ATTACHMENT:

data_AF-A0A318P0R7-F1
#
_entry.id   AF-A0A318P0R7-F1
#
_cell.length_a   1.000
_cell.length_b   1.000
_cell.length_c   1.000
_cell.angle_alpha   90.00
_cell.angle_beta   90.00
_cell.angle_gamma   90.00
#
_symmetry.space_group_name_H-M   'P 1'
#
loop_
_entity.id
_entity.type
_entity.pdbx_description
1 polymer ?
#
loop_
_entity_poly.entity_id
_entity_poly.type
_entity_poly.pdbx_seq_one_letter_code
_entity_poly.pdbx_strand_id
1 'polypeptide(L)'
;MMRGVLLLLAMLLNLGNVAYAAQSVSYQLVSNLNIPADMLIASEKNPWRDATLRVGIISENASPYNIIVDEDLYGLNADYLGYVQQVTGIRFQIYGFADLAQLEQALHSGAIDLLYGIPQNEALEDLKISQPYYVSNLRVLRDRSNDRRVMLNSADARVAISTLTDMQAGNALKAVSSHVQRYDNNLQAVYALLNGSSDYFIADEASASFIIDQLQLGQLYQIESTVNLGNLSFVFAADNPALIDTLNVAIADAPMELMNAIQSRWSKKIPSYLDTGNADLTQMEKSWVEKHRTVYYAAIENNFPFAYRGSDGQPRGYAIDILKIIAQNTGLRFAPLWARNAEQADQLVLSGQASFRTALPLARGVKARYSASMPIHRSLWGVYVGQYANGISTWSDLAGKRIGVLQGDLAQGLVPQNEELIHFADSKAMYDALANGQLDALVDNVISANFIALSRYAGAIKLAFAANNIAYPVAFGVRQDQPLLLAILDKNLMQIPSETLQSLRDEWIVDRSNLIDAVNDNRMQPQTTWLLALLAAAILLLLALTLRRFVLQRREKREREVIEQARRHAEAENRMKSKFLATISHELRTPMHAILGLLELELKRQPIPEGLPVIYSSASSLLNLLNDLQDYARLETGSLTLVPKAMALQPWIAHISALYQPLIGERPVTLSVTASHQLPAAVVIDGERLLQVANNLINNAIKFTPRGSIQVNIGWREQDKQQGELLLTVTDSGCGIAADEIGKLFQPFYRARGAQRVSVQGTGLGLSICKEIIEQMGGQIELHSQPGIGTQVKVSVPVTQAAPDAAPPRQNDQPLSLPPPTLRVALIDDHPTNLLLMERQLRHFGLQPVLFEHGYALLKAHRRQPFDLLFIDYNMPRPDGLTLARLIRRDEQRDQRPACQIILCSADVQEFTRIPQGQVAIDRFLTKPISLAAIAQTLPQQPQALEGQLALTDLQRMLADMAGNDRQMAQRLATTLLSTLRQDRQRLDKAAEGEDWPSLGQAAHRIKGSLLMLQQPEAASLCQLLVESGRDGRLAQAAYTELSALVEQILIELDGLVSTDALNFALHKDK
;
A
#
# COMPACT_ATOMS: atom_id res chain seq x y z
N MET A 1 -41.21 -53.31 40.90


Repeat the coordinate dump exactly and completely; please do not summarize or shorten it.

data_AF-A0A318P0R7-F1
#
_entry.id   AF-A0A318P0R7-F1
#
_cell.length_a   1.000
_cell.length_b   1.000
_cell.length_c   1.000
_cell.angle_alpha   90.00
_cell.angle_beta   90.00
_cell.angle_gamma   90.00
#
_symmetry.space_group_name_H-M   'P 1'
#
loop_
_entity.id
_entity.type
_entity.pdbx_description
1 polymer ?
#
loop_
_entity_poly.entity_id
_entity_poly.type
_entity_poly.pdbx_seq_one_letter_code
_entity_poly.pdbx_strand_id
1 'polypeptide(L)'
;MMRGVLLLLAMLLNLGNVAYAAQSVSYQLVSNLNIPADMLIASEKNPWRDATLRVGIISENASPYNIIVDEDLYGLNADYLGYVQQVTGIRFQIYGFADLAQLEQALHSGAIDLLYGIPQNEALEDLKISQPYYVSNLRVLRDRSNDRRVMLNSADARVAISTLTDMQAGNALKAVSSHVQRYDNNLQAVYALLNGSSDYFIADEASASFIIDQLQLGQLYQIESTVNLGNLSFVFAADNPALIDTLNVAIADAPMELMNAIQSRWSKKIPSYLDTGNADLTQMEKSWVEKHRTVYYAAIENNFPFAYRGSDGQPRGYAIDILKIIAQNTGLRFAPLWARNAEQADQLVLSGQASFRTALPLARGVKARYSASMPIHRSLWGVYVGQYANGISTWSDLAGKRIGVLQGDLAQGLVPQNEELIHFADSKAMYDALANGQLDALVDNVISANFIALSRYAGAIKLAFAANNIAYPVAFGVRQDQPLLLAILDKNLMQIPSETLQSLRDEWIVDRSNLIDAVNDNRMQPQTTWLLALLAAAILLLLALTLRRFVLQRREKREREVIEQARRHAEAENRMKSKFLATISHELRTPMHAILGLLELELKRQPIPEGLPVIYSSASSLLNLLNDLQDYARLETGSLTLVPKAMALQPWIAHISALYQPLIGERPVTLSVTASHQLPAAVVIDGERLLQVANNLINNAIKFTPRGSIQVNIGWREQDKQQGELLLTVTDSGCGIAADEIGKLFQPFYRARGAQRVSVQGTGLGLSICKEIIEQMGGQIELHSQPGIGTQVKVSVPVTQAAPDAAPPRQNDQPLSLPPPTLRVALIDDHPTNLLLMERQLRHFGLQPVLFEHGYALLKAHRRQPFDLLFIDYNMPRPDGLTLARLIRRDEQRDQRPACQIILCSADVQEFTRIPQGQVAIDRFLTKPISLAAIAQTLPQQPQALEGQLALTDLQRMLADMAGNDRQMAQRLATTLLSTLRQDRQRLDKAAEGEDWPSLGQAAHRIKGSLLMLQQPEAASLCQLLVESGRDGRLAQAAYTELSALVEQILIELDGLVSTDALNFALHKDK
;
A
#
# COMPACT_ATOMS: atom_id res chain seq x y z
N MET A 1 -41.21 -53.31 40.90